Conventional silica, alumina or silica-alumina supports are microporous with micropores of about 0.001 to about 0.03 microns in diameter. These pores are too small to accommodate microbial cells since typically microbial cells are larger than 1 micron. The prior art indicates that pore diameters of about 1 to about 25 microns are needed to adequately accommodate microbial cells. Thus, U.S. Pat. No. 4,581,338 discloses a process for preparing an enzyme support with large macropores. The process involves making a mixture of diatomite, a solvent, a fluxing agent and an organic burnout material, forming the mixture into generally spherical balls and then calcining the balls at a temperature of about 700° to 2300° F. Diatomite or diatomaceous earths are interchangeable terms which refer to sedimentary materials composed of the skeletal remains of single celled aquatic plants called diatoms. The resultant support is stated to have an average pore diameter of at least 8 microns.
Applicant has taken a different approach to making a macroporous support by forming a mixture of an aluminum sol and a diatomaceous earth, forming spheres from this mixture by dropwise dropping the mixture into an oil tower, followed by calcination of the spheres at a temperature of about 1,000° to about 1450° C. The resultant support has pores which are at least 5 microns and which are interconnected. It is important that the pores be interconnected; otherwise whole cells cannot enter the pores and the fluid which is to contact the cells will not be able to diffuse into the large pores. Accordingly, the use of applicant's process produces interconnected macropores without using a burnout material. Applicant's process also produces a uniform, spherical product as compared to the prior art's nearly spherical product.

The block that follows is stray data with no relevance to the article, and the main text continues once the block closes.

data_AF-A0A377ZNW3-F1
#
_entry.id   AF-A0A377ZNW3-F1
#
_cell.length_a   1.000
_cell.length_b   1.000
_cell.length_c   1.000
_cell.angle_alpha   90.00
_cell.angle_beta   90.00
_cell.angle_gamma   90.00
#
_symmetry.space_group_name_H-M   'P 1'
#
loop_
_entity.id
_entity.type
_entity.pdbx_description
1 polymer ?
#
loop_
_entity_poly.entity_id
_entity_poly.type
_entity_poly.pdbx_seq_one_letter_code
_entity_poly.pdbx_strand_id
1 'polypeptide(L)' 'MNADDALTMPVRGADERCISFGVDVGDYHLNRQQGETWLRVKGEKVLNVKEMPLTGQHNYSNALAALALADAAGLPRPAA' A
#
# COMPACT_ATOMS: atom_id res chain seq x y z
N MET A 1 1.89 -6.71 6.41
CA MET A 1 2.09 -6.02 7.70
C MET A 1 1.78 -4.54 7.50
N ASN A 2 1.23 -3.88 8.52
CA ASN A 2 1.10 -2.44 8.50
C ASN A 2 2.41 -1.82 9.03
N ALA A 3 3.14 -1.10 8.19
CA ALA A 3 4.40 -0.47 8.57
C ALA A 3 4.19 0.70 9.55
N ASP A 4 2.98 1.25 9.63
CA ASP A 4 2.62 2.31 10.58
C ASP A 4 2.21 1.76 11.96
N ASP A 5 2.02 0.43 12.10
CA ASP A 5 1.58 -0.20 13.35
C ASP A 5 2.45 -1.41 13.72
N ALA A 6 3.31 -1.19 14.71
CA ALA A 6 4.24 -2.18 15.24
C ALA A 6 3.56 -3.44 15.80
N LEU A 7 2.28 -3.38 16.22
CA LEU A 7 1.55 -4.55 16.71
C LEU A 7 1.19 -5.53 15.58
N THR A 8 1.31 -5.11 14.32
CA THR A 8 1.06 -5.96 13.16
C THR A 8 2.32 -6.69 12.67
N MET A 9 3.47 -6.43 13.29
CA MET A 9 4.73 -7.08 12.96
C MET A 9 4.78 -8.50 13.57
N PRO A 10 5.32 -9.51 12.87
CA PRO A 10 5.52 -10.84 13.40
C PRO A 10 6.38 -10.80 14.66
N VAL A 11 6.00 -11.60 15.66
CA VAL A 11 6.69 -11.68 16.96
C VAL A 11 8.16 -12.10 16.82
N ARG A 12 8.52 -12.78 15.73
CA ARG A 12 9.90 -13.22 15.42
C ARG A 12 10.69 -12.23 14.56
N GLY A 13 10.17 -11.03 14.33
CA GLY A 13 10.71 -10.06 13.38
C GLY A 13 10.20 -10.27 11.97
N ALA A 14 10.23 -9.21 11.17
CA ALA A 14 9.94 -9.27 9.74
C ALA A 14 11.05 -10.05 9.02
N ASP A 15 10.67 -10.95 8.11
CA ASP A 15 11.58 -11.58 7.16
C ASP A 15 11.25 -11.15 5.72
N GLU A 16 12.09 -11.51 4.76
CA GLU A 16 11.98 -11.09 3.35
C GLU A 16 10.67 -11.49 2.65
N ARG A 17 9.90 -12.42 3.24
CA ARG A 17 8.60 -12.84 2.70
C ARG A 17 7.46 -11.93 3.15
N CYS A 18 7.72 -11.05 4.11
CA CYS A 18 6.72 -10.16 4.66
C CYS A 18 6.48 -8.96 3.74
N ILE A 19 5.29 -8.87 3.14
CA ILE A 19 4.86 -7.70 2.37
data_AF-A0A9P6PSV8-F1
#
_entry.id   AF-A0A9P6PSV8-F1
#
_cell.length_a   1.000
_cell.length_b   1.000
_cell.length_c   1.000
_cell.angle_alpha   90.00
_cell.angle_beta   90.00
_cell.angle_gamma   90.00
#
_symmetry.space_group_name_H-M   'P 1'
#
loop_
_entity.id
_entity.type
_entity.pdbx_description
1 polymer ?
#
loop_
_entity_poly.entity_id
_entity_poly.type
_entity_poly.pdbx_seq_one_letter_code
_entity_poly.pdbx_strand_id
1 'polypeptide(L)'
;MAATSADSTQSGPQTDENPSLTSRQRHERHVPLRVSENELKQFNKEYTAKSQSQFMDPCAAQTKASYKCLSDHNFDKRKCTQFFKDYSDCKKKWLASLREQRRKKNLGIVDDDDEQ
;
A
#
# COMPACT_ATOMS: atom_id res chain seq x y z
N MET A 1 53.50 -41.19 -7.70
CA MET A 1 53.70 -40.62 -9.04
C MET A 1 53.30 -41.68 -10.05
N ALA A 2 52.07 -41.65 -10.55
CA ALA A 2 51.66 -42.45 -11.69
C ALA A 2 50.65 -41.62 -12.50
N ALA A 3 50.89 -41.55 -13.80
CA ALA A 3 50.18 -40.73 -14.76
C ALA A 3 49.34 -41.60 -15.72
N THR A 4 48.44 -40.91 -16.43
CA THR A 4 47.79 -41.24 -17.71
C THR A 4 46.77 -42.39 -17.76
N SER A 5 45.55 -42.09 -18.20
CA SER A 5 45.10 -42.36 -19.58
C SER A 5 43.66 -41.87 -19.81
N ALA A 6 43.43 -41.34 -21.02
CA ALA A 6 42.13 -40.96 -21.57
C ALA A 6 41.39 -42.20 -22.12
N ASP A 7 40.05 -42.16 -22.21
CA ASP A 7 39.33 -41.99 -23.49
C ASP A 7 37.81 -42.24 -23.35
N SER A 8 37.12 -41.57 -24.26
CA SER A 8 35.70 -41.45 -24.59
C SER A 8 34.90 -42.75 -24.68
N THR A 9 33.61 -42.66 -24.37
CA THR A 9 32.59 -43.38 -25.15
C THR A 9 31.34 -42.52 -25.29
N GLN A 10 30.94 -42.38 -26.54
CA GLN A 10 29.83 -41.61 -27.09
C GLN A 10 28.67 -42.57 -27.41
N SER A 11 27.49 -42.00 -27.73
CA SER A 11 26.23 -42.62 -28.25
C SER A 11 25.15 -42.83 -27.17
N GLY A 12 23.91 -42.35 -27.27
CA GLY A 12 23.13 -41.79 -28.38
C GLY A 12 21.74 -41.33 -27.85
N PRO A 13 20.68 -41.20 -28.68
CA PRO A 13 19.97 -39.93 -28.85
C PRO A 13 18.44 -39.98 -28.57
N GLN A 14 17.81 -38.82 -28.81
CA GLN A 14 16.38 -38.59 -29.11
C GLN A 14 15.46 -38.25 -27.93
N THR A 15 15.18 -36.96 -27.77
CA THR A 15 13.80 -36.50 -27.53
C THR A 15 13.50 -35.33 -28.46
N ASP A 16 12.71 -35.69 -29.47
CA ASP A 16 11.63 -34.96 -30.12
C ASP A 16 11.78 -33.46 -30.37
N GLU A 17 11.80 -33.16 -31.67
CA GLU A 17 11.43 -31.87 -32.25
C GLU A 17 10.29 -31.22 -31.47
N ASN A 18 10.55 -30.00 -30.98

The prior art also reveals that alumina spheres may be prepared using a suspension of an alumina powder. For example, U.S. Pat. No. 4,514,511 teaches that a mixture of an alumina powder and an aluminum salt can be used to form spheres with pores having a diameter from about 0.2 to 15 microns. However, these pores are closed which would make them useless as a support for whole cells. Applicants are, therefore, the first to prepare an alumina/diatomaceous earth macroporous support, having interconnected pores.